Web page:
Carrying and Caring for Babies
By: Madison Harpenau, Doctor of Occupational Therapy
You have carried your baby around within you for 40 weeks! You have got this carrying thing down! Now your baby is in your arms and you have begun to realize that they are growing and getting heavier and carrying them can become more of a challenge.
The purpose of this post is to provide parents with helpful information to keep moms and dads healthy and injury free.
Let’s start with the nursery.
There are countless pieces that compose the perfect nursery for your baby. Design, color, and atmosphere tend to be the parts that determine the furniture pieces that are selected for your baby’s nursery. But what about you and your partner’s back? The height of the crib, changing table, and positioning of baby clothing can all cause pain to your low back if you are not mindful. According to Kilic, Ozcan, Efe, & Kasal, cribs that are around 95 cm (~37 inches) tall provide the least strain on low backs (2017). This measurement is from the floor to the top of the crib railing. Therefore looking for a crib that is taller, with a mattress that can be adjusted in height is the best solution for preserving your back (Kilic et al., 2017). Another solution that you can use to help reduce back pain while picking your little one up out of a crib is to use a small step stool. Place the step stool next to the crib, when reaching into the crib, put one foot on top of the stool to reduce the force placed on your low back.
When it comes to other pieces within your nursery, use similar concepts. Look for a changing table that is taller in height, comparable to the crib. This will reduce your need to stoop over when changing your baby’s diaper. When arranging clothing and supplies for your baby, put them within arms reach and in an area that does not require you to bend or reach down (Carroll & Loesche, 2017).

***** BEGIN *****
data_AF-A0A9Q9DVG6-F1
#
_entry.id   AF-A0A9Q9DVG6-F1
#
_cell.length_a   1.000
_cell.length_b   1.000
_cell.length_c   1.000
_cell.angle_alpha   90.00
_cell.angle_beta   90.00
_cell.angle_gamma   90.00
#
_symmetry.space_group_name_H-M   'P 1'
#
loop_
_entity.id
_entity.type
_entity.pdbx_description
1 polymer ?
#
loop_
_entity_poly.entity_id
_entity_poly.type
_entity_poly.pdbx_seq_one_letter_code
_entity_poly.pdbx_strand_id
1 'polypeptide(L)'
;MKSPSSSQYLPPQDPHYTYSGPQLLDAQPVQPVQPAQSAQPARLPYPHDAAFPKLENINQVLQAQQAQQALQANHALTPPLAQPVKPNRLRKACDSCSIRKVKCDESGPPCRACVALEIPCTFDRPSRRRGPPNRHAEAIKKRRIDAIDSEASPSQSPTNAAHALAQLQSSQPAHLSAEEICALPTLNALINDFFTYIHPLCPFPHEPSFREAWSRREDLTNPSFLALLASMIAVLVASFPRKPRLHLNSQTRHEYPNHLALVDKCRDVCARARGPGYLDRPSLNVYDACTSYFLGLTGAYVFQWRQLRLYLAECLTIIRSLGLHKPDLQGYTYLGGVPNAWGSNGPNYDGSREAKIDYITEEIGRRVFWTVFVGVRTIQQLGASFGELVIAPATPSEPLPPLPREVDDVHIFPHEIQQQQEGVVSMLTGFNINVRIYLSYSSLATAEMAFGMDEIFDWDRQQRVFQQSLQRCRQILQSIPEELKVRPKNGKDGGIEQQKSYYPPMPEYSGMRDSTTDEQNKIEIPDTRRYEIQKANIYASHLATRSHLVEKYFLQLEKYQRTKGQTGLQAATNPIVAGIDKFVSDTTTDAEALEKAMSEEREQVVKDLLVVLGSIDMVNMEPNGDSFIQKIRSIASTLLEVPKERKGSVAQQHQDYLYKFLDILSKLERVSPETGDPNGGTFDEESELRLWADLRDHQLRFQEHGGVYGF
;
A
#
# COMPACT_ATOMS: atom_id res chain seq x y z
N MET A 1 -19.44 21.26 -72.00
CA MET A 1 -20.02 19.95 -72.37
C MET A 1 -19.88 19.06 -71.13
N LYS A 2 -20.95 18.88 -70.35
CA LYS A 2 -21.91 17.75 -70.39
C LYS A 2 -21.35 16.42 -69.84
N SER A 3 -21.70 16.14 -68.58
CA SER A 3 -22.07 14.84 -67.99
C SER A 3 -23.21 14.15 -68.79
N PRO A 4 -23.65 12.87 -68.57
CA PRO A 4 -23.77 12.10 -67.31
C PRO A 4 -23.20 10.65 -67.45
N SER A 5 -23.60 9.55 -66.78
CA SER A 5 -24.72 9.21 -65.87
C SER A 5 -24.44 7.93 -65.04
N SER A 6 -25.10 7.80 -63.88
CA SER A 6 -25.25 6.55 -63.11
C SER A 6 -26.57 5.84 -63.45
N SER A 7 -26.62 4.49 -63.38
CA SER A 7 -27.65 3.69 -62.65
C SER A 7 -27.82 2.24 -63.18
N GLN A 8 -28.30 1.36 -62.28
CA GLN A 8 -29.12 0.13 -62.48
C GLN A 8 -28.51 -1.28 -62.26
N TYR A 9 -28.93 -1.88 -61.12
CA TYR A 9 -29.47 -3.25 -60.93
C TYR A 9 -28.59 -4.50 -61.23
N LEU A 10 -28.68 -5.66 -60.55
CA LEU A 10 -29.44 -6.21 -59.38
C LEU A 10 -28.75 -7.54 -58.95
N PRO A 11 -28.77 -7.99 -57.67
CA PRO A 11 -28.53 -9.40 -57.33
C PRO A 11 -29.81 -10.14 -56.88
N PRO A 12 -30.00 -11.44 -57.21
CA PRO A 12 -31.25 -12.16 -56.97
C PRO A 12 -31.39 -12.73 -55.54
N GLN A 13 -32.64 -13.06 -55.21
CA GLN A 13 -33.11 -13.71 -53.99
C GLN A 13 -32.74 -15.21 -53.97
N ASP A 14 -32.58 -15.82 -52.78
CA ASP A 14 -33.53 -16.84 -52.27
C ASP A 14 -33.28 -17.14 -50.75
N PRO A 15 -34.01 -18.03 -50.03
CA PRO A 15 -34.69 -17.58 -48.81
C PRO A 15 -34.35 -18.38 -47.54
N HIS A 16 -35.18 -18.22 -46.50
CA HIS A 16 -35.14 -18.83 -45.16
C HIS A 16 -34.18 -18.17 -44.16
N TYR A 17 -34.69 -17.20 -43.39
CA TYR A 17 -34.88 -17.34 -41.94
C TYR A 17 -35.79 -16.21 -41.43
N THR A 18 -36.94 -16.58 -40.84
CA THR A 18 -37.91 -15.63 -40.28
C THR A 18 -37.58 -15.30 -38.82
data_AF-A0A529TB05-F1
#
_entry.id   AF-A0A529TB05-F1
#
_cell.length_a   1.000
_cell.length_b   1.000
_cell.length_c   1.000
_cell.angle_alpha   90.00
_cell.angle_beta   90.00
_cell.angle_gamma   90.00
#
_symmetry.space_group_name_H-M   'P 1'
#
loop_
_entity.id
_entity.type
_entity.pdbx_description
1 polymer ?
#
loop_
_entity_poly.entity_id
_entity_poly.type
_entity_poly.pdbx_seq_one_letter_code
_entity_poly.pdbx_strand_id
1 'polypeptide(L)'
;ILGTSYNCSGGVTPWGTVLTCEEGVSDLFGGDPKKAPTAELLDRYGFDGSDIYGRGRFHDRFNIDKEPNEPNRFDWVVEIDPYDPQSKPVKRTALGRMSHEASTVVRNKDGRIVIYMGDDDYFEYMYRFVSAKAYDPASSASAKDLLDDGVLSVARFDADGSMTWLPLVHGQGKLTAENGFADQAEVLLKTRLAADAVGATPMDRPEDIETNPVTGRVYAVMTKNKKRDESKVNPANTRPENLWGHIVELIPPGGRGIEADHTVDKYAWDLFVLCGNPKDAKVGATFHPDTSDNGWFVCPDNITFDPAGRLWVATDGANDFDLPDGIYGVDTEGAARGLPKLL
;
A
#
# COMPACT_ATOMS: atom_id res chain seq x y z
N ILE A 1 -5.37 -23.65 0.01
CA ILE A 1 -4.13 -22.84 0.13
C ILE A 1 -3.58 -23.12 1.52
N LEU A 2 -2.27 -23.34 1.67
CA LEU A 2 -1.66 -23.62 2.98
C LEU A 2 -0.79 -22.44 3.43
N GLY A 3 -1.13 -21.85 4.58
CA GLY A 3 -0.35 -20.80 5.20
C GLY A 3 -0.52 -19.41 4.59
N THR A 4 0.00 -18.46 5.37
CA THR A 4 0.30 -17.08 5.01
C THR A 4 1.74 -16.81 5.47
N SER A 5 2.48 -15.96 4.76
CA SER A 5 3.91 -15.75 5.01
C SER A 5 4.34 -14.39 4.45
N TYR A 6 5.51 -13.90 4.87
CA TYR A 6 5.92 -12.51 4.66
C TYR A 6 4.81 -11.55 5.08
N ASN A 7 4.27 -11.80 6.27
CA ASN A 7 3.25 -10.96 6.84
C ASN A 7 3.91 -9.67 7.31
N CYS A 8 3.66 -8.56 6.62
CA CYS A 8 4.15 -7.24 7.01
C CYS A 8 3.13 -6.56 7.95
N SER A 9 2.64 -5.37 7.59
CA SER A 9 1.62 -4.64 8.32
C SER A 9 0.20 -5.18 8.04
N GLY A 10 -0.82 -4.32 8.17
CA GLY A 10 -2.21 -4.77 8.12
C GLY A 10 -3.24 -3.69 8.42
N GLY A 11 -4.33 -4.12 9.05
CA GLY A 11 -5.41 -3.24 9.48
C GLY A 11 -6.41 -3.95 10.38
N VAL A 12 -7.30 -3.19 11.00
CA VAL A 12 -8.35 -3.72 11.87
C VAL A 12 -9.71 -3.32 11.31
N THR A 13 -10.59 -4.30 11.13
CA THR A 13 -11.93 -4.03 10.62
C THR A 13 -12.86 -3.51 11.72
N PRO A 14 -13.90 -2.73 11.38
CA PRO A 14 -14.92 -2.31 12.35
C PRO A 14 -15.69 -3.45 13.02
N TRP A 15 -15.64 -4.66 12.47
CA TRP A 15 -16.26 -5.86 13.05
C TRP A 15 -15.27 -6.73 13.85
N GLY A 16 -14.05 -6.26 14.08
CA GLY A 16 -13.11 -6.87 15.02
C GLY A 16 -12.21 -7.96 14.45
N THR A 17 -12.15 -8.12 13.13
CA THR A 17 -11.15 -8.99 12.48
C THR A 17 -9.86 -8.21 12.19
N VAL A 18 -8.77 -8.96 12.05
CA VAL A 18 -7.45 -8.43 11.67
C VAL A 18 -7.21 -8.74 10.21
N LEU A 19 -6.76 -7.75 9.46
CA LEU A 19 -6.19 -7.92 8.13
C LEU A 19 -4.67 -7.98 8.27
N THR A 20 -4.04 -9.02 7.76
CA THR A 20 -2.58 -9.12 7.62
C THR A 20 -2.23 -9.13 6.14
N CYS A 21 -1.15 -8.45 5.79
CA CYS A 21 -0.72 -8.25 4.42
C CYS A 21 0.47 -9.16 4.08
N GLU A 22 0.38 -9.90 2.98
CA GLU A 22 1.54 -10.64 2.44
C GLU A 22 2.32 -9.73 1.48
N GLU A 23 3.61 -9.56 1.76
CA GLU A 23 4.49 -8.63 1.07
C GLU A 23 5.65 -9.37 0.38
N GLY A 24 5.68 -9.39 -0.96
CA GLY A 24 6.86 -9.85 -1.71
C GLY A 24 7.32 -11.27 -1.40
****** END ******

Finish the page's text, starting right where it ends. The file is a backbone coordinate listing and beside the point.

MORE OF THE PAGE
Breast Feeding: Position your baby against your body, using the help of gravity. This can take place in a number of positions such as laying on your back or side (Carroll & Loesche, 2017). When laying on your side, position your baby next to you with a pillow beneath them to bring your baby closer to your breast (rather than your breast to baby). When sitting up to breastfeed, utilize a pillow or two beneath your baby to bring them to your breast and reduce your effort (Carroll & Loesche, 2017). Try to avoid in soft or cushy chairs and couches when breastfeeding, as it will help you avoid awkward feeding positions and make it easier to get up and down.
Highchair Feeding: As your baby gets older and is ready to eat in the highchair, keep these tips in mind. Remove the highchair tray prior to putting your baby in the highchair (Carroll & Loesche, 2017). This will help you keep your baby’s weight closer to your body for a longer period of time which in turn reduces the strain on your back.
General Carrying Solutions